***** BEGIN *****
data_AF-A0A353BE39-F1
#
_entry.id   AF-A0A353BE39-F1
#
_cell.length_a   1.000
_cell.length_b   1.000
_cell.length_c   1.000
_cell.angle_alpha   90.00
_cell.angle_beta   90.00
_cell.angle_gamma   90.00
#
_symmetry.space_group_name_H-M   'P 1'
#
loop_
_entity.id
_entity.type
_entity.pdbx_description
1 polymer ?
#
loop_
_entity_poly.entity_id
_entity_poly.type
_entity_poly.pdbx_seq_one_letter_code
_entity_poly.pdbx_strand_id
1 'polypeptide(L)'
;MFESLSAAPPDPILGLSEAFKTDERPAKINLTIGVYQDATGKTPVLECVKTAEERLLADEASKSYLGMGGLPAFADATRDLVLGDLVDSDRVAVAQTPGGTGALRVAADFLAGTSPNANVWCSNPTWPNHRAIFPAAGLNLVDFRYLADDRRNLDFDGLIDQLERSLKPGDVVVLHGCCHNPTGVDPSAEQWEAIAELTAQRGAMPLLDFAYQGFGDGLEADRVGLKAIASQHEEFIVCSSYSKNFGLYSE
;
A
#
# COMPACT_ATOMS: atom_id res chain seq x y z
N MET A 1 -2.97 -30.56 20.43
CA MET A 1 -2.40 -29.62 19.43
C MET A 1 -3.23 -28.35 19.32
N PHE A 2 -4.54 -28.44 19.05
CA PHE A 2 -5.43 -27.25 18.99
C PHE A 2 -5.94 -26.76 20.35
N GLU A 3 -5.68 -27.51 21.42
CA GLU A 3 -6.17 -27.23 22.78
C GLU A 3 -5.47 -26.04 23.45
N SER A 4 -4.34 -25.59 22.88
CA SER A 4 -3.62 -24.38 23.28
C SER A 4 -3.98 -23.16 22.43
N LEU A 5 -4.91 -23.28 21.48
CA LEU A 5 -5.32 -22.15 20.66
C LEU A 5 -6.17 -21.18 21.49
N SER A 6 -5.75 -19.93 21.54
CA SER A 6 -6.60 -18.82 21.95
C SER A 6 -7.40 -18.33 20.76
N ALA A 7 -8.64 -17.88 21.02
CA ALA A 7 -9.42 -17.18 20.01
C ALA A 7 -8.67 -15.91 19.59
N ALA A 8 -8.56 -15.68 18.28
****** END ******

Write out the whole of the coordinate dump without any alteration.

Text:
data_AF-A0A353BE39-F1
#
_entry.id   AF-A0A353BE39-F1
#
_cell.length_a   1.000
_cell.length_b   1.000
_cell.length_c   1.000
_cell.angle_alpha   90.00
_cell.angle_beta   90.00
_cell.angle_gamma   90.00
#
_symmetry.space_group_name_H-M   'P 1'
#
loop_
_entity.id
_entity.type
_entity.pdbx_description
1 polymer ?
#
loop_
_entity_poly.entity_id
_entity_poly.type
_entity_poly.pdbx_seq_one_letter_code
_entity_poly.pdbx_strand_id
1 'polypeptide(L)'
;MFESLSAAPPDPILGLSEAFKTDERPAKINLTIGVYQDATGKTPVLECVKTAEERLLADEASKSYLGMGGLPAFADATRDLVLGDLVDSDRVAVAQTPGGTGALRVAADFLAGTSPNANVWCSNPTWPNHRAIFPAAGLNLVDFRYLADDRRNLDFDGLIDQLERSLKPGDVVVLHGCCHNPTGVDPSAEQWEAIAELTAQRGAMPLLDFAYQGFGDGLEADRVGLKAIASQHEEFIVCSSYSKNFGLYSE
;
A
#
# COMPACT_ATOMS: atom_id res chain seq x y z
N MET A 1 -2.97 -30.56 20.43
CA MET A 1 -2.40 -29.62 19.43
C MET A 1 -3.23 -28.35 19.32
N PHE A 2 -4.54 -28.44 19.05
CA PHE A 2 -5.43 -27.25 18.99
C PHE A 2 -5.94 -26.76 20.35
N GLU A 3 -5.68 -27.51 21.42
CA GLU A 3 -6.17 -27.23 22.78
C GLU A 3 -5.47 -26.04 23.45
N SER A 4 -4.34 -25.59 22.88
CA SER A 4 -3.62 -24.38 23.28
C SER A 4 -3.98 -23.16 22.43
N LEU A 5 -4.91 -23.28 21.48
CA LEU A 5 -5.32 -22.15 20.66
C LEU A 5 -6.17 -21.18 21.49
N SER A 6 -5.75 -19.93 21.54
CA SER A 6 -6.60 -18.82 21.95
C SER A 6 -7.40 -18.33 20.76
N ALA A 7 -8.64 -17.88 21.02
CA ALA A 7 -9.42 -17.18 20.01
C ALA A 7 -8.67 -15.91 19.59
N ALA A 8 -8.56 -15.68 18.28